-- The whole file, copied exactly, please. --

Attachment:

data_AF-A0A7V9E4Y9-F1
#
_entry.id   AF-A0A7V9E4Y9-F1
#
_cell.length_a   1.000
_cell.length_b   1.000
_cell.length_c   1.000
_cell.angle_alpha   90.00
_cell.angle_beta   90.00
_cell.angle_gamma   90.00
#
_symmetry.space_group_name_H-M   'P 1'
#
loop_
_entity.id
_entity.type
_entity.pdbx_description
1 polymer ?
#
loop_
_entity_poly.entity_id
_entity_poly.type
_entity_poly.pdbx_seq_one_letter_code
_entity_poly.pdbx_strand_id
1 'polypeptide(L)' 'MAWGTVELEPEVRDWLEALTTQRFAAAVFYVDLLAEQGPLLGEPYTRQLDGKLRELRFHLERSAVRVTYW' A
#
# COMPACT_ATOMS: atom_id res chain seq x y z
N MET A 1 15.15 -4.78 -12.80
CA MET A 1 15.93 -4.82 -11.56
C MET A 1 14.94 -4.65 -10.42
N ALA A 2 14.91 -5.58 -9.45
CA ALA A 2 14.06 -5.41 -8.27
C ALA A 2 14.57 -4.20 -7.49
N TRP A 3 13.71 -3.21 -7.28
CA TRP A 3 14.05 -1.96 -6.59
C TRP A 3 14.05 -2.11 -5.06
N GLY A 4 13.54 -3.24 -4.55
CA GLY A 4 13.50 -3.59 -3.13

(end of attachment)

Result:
data_AF-A0A7V9E4Y9-F1
#
_entry.id   AF-A0A7V9E4Y9-F1
#
_cell.length_a   1.000
_cell.length_b   1.000
_cell.length_c   1.000
_cell.angle_alpha   90.00
_cell.angle_beta   90.00
_cell.angle_gamma   90.00
#
_symmetry.space_group_name_H-M   'P 1'
#
loop_
_entity.id
_entity.type
_entity.pdbx_description
1 polymer ?
#
loop_
_entity_poly.entity_id
_entity_poly.type
_entity_poly.pdbx_seq_one_letter_code
_entity_poly.pdbx_strand_id
1 'polypeptide(L)' 'MAWGTVELEPEVRDWLEALTTQRFAAAVFYVDLLAEQGPLLGEPYTRQLDGKLRELRFHLERSAVRVTYW' A
#
# COMPACT_ATOMS: atom_id res chain seq x y z
N MET A 1 15.15 -4.78 -12.80
CA MET A 1 15.93 -4.82 -11.56
C MET A 1 14.94 -4.65 -10.42
N ALA A 2 14.91 -5.58 -9.45
CA ALA A 2 14.06 -5.41 -8.27
C ALA A 2 14.57 -4.20 -7.49
N TRP A 3 13.71 -3.21 -7.28
CA TRP A 3 14.05 -1.96 -6.59
C TRP A 3 14.05 -2.11 -5.06
N GLY A 4 13.54 -3.24 -4.55
CA GLY A 4 13.50 -3.59 -3.13